Wastewater treatment and treated effluent goals and standards have become increasingly stringent for the economical removal of wastewater components such as total suspended solids (TSS), biological oxygen demand (BOD), nitrogen (as nitrate and ammonia) and phosphorous from large volumes of municipal and industrial wastewater. Activated sludge systems of either the continuous flow type in which an influent stream is continuously treated and continuously discharged through one or more treatment zones, or the sequencing batch reactor type in which a continuous influent stream is sequentially treated and intermittently discharged, are conventionally used for wastewater treatment. In such activated sludge treatment systems, treatment microorganisms are concentrated in the treatment system in order to more rapidly remove the wastewater impurities, including BOD, nitrogenous, and phosphorous components of the wastewater. The highly diverse, mixed cultures utilized in such activated sludge wastewater treatment systems for biological removal of BOD, nitrogen and phosphorous include ordinary heterotrophs (which can consume organic wastewater components to produce carbon dioxide and reduce BOD, as well as mediate denitrification), autotrophs (which mediate nitrification in consuming nitrogenous wastewater components) and phosphotrophs (which can accumulate polyphosphates in consuming phosphorous-containing wastewater components).
The various types of microorganisms in activated sludge cultures typically utilize different nutrient, oxygenation and other conditions for optimum removal of different wastewater components. The organic materials in the wastewater are consumed by “activated sludge” microorganisms for both energy and cell synthesis, driven by biological oxidation-reduction reactions involving transfer of electrons from a wastewater component to be oxidized (the electron donor) to an oxidizing material (the electron acceptor). Heterotrophic metabolism utilizes organic wastewater components as electron donors, while autotrophic metabolism utilizes inorganic wastewater components as electron donors. In aerobic systems in which the wastewater is aerated, oxygen is utilized by “activated sludge” microorganisms as the terminal electron acceptor. In anoxic systems, the oxygen is substantially depleted, and “activated sludge” microorganisms utilize nitrates and nitrites as the primary terminal electron acceptors. Under anaerobic conditions, oxygen, nitrate and nitrite components are substantially depleted, and carbonates and sulfates serve as primary terminal electron acceptors in the cell reactions (M. G. Mandt and B. A. Bell “Oxidation Ditches”, 169 pgs., 1982, Ann Arbor Science Publishers). It should be noted that different microorganisms and/or metabolic pathways may predominate under such different aerobic, anoxic and anaerobic conditions.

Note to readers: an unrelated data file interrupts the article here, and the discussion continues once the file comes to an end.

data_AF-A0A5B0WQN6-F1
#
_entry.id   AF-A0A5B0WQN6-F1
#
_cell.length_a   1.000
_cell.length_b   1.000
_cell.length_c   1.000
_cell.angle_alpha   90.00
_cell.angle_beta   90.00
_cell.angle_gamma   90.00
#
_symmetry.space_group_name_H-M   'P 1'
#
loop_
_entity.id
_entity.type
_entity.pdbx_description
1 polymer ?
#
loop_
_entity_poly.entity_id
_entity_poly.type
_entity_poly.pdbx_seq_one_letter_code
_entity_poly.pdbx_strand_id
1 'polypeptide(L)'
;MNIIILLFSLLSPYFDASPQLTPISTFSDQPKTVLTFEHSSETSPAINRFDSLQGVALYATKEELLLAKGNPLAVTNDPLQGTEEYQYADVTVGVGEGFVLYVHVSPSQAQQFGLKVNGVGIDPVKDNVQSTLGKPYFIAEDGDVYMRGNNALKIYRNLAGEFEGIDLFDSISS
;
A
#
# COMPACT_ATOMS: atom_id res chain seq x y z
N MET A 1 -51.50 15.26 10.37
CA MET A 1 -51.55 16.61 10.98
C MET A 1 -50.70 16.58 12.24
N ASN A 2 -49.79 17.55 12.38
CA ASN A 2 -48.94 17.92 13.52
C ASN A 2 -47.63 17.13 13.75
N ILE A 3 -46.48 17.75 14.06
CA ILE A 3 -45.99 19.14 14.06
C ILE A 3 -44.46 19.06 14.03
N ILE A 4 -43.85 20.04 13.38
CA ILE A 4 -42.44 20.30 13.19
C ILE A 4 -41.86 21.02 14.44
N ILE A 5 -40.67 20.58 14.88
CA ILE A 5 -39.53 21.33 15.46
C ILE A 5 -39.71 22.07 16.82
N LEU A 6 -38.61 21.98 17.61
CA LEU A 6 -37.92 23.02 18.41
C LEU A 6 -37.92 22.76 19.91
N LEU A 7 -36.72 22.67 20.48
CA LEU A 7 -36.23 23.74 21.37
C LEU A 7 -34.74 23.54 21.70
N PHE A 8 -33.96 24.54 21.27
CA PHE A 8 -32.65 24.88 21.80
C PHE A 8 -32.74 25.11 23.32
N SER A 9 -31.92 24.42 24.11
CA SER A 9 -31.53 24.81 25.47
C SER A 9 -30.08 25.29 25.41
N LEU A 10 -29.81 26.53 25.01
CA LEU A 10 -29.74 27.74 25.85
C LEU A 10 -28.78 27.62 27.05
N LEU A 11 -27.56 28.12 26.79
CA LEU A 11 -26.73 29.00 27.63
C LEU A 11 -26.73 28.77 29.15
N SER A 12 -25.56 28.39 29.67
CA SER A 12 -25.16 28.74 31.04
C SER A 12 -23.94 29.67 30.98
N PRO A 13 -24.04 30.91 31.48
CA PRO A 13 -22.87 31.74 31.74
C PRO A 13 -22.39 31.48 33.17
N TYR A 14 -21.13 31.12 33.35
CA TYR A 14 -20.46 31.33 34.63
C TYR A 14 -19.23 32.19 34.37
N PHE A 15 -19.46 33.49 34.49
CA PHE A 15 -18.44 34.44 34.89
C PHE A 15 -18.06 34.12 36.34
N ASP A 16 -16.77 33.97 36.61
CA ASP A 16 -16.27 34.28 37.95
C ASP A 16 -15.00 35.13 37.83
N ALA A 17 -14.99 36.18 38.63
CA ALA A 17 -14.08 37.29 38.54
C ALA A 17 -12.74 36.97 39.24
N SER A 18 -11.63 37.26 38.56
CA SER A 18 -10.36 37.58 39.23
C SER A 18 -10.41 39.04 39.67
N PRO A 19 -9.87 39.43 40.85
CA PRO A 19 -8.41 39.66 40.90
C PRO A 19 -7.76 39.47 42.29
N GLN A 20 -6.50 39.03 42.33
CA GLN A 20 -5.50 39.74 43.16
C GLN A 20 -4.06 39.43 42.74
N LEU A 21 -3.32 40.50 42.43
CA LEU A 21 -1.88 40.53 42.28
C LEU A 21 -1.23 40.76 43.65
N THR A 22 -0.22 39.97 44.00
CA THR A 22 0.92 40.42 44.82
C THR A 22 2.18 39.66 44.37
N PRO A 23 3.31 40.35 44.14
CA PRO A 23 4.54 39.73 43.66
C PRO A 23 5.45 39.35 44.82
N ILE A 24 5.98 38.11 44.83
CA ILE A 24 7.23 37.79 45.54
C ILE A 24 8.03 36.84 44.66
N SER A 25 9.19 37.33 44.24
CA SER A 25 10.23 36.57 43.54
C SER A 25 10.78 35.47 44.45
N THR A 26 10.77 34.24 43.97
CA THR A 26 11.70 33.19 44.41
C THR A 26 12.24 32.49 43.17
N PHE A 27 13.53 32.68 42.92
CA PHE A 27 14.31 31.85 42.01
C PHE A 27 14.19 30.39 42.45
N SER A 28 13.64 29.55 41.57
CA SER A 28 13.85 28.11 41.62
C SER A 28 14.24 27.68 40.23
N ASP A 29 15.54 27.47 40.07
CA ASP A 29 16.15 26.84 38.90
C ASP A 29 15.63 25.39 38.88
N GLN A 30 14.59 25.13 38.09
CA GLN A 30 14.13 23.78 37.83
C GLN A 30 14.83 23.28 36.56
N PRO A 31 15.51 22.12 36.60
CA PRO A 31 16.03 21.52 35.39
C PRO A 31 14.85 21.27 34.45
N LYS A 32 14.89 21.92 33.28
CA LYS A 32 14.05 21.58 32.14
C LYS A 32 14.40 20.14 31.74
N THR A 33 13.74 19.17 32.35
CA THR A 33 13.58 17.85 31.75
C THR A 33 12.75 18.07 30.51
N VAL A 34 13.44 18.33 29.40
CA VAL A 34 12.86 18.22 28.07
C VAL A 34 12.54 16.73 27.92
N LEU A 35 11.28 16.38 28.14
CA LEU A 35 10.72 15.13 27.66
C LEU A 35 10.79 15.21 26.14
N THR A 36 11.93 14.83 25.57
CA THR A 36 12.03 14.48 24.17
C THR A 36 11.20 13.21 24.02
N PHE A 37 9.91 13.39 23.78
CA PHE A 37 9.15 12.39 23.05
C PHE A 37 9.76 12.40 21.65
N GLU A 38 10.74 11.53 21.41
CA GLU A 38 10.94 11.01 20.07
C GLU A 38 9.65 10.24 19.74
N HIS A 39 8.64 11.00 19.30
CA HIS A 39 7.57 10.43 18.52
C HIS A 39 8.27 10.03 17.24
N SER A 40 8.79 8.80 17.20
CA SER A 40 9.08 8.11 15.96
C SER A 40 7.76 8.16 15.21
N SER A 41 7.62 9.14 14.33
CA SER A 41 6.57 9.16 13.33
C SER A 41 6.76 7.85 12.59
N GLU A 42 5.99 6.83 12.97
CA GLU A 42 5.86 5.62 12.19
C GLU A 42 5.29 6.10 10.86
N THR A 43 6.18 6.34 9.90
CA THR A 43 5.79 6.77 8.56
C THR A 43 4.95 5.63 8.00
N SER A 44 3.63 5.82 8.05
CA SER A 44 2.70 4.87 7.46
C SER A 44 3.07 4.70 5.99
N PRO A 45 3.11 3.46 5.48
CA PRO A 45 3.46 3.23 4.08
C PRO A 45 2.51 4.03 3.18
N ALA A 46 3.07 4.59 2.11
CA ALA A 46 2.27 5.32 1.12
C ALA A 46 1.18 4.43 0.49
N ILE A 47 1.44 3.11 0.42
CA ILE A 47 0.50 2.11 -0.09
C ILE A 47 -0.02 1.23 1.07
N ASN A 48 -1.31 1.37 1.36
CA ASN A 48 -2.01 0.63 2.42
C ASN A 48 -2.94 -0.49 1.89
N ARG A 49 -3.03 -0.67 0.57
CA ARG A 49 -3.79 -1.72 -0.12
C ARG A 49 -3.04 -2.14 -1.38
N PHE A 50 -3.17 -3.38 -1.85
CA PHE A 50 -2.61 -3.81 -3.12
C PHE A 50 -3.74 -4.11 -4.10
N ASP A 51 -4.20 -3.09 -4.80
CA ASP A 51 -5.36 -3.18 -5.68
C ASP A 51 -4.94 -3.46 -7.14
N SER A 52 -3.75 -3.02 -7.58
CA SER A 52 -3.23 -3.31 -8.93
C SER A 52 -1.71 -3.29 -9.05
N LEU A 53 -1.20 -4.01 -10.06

Sequencing batch reactors such as described in U.S. Pat. No. 4,596,658 to Mandt, are conventionally utilized for wastewater treatment to provide high quality effluent by subjecting a given volume of wastewater to a predetermined sequence of different treatment steps in batch mode, in the same batch reactor equipment. In this regard, a volume of waste water may typically be introduced as a continuous or discontinuous feed stream into a sequencing batch reactor treatment system and subjected to extensive mixing and aeration for a predetermined period of time to provide biological oxidation, consumption or other removal of wastewater components. The mixing and aeration may subsequently be stopped and the wastewater maintained in a quiescent state in the same treatment zone to permit wastewater solids, including microbiological treatment organisms, to settle in the reactor. A clarified portion of the treated wastewater may be subsequently removed from the upper portion of the reactor, which in turn may be conducted to subsequent treatment and discharge steps. Additional wastewater which is to be treated may then be introduced into the sequencing batch reactor, and the cycle repeated. For many wastewater treatment applications, sequencing batch reactors may provide a number of advantages over older type continuous flow treatment systems in terms of expense, physical area and operating energy requirements. However, although sequencing batch reactors have proven to be efficient, flexible and economic wastewater treatment systems, further improvements which could increase the processing efficiency, and/or optimize treatment conditions, such as anoxic and aerobic treatment conditions, for wastewater component removal would be desirable. Such improved sequencing batch reactor methods and apparatus would be desirable which would be simple and effective in operation, which would permit enhancement and synergistic interaction of anoxic and aerobic treatment conditions for assisting wastewater component removal, and which would enhance the utility and cost effectiveness of sequencing batch reactors for wastewater treatment.